4. Rise in Data-driven Productivity

Big data flows into organizations in various formats from a vast array of sources, including websites, social media and company systems. Collecting, organizing and drawing insights from these massive volumes of data will help field service organizations improve services and operations, and stand out from competitors. Companies will need to review historical data, identify patterns and compile metrics for predictive analysis and strategic business planning. By leveraging data from multiple systems, including content management, data warehouses and specialized file systems, companies can better understand their operations and customer needs, and make decisions that drive customer satisfaction and increase profits.

5. Cloud-driven Transformations

The benefits of cloud-based software will continue to give businesses significant advantages.  KPMG's Technology Innovation Survey 2013 (pdf) ranked the cloud as “the biggest driver of business transformation for enterprises in the next three years,” citing real-time information and productivity as key derivatives. Best-in-class field service organizations know the cloud makes them more flexible in meeting customer demands, so the question is no longer whether you should deploy cloud solutions but when. Organizations must evaluate and implement cloud services as methodically as with on-premises applications to remain agile and effectively meet customer needs.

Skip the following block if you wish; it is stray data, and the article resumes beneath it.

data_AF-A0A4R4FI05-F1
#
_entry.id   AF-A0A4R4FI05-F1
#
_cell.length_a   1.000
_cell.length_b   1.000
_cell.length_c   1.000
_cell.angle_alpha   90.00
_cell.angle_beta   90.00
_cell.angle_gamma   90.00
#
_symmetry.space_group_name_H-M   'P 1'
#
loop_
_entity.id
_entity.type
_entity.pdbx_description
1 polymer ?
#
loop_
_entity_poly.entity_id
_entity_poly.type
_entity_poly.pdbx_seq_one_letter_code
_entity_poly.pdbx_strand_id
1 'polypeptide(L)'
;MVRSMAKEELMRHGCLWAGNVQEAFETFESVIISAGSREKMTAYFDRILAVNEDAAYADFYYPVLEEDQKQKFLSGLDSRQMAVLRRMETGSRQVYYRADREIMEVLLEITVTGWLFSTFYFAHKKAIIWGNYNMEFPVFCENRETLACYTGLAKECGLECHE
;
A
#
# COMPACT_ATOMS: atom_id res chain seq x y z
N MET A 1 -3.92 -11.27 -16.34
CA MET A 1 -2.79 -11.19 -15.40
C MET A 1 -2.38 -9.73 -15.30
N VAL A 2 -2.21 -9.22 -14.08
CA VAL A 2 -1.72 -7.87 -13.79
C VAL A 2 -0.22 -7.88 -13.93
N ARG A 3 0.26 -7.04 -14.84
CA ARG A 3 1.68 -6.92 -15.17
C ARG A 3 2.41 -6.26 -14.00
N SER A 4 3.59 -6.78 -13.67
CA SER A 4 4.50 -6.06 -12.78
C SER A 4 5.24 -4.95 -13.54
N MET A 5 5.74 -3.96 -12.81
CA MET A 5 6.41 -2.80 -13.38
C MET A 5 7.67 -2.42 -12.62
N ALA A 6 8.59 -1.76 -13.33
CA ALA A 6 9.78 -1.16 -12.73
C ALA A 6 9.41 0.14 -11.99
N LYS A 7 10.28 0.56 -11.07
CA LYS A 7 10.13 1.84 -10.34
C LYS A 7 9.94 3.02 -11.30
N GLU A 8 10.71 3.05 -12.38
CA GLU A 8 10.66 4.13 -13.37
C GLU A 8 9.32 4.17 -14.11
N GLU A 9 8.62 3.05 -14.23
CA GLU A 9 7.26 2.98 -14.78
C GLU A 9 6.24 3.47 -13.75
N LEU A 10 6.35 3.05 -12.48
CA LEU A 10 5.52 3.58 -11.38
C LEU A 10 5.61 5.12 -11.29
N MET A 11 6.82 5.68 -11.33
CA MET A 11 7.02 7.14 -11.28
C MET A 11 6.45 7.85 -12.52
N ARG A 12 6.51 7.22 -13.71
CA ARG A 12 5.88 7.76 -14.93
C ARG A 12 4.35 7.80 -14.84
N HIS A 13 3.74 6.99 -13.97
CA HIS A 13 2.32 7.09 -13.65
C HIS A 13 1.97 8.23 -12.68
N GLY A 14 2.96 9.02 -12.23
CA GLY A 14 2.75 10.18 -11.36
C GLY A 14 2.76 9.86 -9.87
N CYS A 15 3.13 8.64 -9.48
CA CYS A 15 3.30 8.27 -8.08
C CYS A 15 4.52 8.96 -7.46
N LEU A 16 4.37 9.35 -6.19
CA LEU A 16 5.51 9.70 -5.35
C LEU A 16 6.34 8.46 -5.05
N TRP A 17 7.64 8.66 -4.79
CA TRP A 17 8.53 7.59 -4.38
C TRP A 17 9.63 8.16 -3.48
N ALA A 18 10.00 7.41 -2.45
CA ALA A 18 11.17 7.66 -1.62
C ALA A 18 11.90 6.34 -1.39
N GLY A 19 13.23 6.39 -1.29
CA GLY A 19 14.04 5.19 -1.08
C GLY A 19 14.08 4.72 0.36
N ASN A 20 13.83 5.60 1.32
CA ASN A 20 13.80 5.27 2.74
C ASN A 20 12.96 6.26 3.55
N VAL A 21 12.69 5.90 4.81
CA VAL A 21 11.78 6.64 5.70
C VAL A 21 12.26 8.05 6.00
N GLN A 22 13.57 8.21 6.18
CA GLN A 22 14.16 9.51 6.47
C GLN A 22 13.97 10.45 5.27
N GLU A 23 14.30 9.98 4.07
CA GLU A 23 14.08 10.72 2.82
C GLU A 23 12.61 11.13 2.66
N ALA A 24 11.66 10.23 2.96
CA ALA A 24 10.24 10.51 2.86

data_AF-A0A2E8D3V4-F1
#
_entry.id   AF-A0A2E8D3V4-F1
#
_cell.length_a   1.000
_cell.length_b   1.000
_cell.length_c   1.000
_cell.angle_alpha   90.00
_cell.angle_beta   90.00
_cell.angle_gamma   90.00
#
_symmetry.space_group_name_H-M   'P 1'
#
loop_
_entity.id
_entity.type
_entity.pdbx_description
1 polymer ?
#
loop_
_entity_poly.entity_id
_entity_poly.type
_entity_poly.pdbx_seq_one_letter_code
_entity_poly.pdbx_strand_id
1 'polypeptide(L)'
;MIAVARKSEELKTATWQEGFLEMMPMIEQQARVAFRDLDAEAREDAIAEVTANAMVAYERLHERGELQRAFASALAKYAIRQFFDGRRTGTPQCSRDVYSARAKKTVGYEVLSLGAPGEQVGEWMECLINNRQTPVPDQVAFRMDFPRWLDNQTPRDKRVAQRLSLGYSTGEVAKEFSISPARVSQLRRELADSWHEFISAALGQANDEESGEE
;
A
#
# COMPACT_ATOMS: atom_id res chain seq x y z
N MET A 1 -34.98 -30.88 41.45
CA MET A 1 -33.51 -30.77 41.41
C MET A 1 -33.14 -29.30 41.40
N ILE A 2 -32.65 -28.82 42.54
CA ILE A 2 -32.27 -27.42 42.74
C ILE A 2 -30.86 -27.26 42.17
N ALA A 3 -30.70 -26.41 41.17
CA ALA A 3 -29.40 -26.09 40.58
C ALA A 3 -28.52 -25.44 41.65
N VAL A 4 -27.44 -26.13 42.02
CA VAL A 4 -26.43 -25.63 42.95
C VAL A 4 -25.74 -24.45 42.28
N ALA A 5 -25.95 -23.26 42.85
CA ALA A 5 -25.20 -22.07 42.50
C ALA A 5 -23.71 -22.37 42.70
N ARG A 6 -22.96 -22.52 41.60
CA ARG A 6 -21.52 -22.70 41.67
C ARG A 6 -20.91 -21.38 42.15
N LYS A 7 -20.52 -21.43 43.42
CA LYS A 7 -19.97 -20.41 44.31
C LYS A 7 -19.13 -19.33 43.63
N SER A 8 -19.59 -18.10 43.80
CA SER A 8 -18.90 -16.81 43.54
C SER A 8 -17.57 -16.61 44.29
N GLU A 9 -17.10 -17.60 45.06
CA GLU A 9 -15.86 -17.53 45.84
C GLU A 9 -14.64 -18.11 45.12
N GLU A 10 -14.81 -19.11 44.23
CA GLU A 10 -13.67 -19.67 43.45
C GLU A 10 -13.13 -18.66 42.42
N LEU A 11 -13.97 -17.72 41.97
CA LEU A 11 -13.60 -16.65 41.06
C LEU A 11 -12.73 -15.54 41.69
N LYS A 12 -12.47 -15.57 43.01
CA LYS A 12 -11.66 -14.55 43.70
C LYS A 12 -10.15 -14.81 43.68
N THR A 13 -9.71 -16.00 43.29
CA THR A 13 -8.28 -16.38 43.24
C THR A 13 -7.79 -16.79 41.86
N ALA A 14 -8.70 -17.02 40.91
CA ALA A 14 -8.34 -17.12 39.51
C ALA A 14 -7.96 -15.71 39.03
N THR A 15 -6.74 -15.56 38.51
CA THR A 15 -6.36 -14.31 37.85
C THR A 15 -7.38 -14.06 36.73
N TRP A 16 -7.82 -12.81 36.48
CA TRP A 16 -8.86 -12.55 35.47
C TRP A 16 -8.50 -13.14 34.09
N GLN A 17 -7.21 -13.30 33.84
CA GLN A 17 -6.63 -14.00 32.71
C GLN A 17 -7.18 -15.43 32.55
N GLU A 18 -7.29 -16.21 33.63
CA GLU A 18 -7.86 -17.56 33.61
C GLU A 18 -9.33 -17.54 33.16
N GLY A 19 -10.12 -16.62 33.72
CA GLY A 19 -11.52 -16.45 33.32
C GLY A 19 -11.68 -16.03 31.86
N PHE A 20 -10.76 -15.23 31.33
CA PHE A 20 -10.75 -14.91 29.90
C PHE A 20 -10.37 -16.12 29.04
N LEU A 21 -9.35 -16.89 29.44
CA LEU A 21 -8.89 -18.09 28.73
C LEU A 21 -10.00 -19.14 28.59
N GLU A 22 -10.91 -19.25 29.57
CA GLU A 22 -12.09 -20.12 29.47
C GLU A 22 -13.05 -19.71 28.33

6. Aggregation of Knowledge Management

Information gathered from the array of technology tools and systems used by field service organizations is often used separately for specific tasks, and in some cases forgotten in databases and unused files. But if aggregated in a digestible form, the information can drive innovation and stimulate change.This is called knowledge management, which is typically tied to specific goals, such as increasing competiveness, enhancing staff expertise and improving communication between different departments. In the future, more organizations will grasp the importance of knowledge management as a cross-discipline in shaping strategy and direction across the enterprise.

7. Better Integration of M2M 

Machine-to-machine communication is transforming how companies do business. Data transmitted from devices in the field to applications in the office can lead to decisions that significantly improve the business. In field services, that data flows in from GPS and in-vehicle data-capturing devices, as well as ruggedized hand-held computers used for invoicing and confirmation of deliveries and task completion. In addition, sensors and monitoring devices on everything from household appliances to utility meters to complex machinery in oil fields transmit data on diagnostics, measurements, temperature and overall conditions, all of which is instrumental in preventing equipment failure, scheduling maintenance, and improving safety and energy consumption.